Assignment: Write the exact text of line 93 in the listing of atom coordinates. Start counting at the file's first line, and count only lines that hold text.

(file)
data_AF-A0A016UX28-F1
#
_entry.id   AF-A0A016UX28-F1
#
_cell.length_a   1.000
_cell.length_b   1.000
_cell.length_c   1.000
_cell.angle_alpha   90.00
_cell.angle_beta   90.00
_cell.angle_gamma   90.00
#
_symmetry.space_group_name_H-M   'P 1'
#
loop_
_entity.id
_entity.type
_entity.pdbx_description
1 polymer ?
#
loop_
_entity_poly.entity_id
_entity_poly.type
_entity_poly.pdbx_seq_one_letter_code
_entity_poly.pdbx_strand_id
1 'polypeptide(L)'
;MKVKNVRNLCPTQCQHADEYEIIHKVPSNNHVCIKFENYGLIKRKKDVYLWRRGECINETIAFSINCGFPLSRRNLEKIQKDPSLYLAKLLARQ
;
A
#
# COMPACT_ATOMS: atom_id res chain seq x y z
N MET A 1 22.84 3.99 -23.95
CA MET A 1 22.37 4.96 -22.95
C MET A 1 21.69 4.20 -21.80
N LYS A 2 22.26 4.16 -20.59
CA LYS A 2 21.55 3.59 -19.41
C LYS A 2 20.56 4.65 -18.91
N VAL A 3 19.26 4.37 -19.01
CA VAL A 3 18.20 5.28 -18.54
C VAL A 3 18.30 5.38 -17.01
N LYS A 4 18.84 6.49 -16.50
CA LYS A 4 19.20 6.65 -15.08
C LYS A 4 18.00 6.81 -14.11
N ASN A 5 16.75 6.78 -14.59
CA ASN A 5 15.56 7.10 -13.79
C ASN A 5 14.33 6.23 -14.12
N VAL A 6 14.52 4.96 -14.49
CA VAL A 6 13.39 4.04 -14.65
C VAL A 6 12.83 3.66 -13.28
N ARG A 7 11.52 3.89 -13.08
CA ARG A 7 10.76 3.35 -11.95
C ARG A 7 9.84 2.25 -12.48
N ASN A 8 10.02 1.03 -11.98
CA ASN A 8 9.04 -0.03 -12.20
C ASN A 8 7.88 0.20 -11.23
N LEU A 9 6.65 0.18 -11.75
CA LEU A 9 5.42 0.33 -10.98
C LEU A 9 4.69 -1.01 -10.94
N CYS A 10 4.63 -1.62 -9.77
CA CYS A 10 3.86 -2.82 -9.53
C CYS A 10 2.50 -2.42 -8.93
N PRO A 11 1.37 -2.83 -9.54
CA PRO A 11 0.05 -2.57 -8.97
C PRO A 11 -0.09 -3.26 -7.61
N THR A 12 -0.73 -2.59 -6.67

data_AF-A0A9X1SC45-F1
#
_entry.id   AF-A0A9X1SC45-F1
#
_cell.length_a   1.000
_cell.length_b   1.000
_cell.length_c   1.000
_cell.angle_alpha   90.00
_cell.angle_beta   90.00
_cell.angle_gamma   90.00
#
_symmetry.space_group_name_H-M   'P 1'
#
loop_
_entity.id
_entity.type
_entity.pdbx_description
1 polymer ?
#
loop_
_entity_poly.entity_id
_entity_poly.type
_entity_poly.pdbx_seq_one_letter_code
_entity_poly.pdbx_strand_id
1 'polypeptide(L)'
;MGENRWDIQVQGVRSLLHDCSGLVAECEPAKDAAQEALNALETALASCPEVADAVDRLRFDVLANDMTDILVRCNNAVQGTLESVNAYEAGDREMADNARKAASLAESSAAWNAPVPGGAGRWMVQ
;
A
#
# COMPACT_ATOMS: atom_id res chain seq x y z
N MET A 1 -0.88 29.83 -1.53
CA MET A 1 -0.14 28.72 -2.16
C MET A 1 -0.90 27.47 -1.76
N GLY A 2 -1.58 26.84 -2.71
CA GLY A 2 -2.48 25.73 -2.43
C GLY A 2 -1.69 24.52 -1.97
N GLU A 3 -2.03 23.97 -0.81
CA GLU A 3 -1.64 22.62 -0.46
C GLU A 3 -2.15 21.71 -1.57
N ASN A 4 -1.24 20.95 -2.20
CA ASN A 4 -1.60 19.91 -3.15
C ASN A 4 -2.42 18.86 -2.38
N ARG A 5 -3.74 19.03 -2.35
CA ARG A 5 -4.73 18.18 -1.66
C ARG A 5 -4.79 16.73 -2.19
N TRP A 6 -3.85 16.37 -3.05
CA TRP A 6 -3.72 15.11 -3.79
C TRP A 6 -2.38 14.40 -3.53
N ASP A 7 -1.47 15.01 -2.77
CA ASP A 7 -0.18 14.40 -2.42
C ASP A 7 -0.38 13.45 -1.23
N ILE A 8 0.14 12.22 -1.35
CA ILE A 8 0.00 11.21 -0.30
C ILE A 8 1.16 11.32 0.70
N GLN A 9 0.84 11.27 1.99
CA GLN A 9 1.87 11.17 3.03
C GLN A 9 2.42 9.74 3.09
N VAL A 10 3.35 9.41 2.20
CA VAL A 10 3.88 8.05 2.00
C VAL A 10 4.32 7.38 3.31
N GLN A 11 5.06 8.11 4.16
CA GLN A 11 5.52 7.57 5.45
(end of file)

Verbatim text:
#